The modified Biggs survey focuses on students’ attitudes towards learning, and is intended for older students. (teachers can determine what age is appropriate) The questions have been deliberately developed to cover most aspects of schoolwork, recognizing that learning depends heavily on subject interest and learning styles. I recommend teachers instruct students to apply it only to the class / subject in which it is used.

My approach to this survey is to have students complete it at the beginning of the year, when there is little or no influence of my teaching on them. (though I think it can be used at any time of year and a good reflective practice for discussion) After I consider the responses I go over a few questions at a time every week for several weeks. This serves as a continuous discussion about how we learn, our attitudes, and strategies towards learning. It also reduces the tendency to use surveys such as this as a checkbox.

Make a copy of the survey here:

Answer choices can be explained as:
5. This item is always or almost always true of me.
4. This item is frequently true of me.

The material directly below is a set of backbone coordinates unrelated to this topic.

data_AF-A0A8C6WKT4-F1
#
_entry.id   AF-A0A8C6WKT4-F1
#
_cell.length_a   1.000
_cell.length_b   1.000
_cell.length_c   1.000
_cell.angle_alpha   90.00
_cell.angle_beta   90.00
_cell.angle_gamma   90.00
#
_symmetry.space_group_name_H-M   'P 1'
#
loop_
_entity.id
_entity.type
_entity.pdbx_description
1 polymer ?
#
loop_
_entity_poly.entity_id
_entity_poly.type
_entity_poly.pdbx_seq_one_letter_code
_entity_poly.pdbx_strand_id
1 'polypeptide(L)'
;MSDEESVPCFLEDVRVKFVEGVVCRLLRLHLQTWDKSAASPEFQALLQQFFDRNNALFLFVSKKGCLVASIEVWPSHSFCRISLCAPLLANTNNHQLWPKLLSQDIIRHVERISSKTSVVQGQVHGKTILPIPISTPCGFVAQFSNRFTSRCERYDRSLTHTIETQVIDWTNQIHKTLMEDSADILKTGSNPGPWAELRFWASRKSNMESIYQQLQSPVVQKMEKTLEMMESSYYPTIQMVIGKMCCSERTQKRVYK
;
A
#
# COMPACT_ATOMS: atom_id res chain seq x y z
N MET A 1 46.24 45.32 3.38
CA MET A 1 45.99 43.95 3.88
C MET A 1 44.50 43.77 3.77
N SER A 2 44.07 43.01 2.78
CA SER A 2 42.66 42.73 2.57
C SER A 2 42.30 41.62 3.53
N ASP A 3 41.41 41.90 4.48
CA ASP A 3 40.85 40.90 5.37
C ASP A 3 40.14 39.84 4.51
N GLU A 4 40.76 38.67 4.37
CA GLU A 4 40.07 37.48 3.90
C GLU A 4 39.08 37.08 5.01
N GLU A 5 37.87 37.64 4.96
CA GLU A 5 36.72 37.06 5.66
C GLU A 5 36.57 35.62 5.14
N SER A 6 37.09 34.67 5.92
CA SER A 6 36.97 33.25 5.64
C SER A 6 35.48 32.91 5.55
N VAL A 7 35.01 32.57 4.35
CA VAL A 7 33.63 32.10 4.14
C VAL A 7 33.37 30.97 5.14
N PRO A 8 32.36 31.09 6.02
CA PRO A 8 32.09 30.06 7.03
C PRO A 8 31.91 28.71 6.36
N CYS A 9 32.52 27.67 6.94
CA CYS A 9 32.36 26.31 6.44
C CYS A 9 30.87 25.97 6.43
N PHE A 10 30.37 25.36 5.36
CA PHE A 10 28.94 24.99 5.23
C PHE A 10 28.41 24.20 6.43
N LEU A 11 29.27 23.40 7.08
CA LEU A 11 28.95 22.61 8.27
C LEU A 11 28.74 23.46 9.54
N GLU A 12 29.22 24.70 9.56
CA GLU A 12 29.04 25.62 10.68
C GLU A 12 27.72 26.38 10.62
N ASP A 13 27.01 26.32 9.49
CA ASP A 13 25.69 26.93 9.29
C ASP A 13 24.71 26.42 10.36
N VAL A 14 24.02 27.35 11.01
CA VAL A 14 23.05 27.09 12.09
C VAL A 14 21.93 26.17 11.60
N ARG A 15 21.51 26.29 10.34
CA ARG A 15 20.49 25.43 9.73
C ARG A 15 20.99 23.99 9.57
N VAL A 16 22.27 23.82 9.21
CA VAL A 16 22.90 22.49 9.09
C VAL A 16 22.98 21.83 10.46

3. This item is true of me about half the time.
2. This item is sometimes true of me.
1. This item is never or only rarely true of me.

Developing Skill, Will and Thrill in the Classroom and the School
Hattie uses his research to identify key messages about what teachers need to think about in relation to their practice. He makes reference to effect size of each, which can be explained in detail in his book, Visible Learning for Teachers. “Skill” identifies prior achievement. This is more of an influence on learning as a child grows older. Working memory is another skill. Students can only move so much information from short-term memory to long-term memory, actively processing material to consolidate it.

The “will” includes learning dispositions, which are capabilities or the “toolkit” of a learner. However, there must be a willingness along with the abilities. Research shows that students will think at higher levels if they are disposed to. (and likely won’t happen all the time) Another element of the “will” is confidence. There is evidence that students perform better when they have confidence that they have the knowledge, skills and understanding prior to attempting a task. Self-belief apparently does matter. Hattie suggests there’s an implication that activities to building confidence are useful.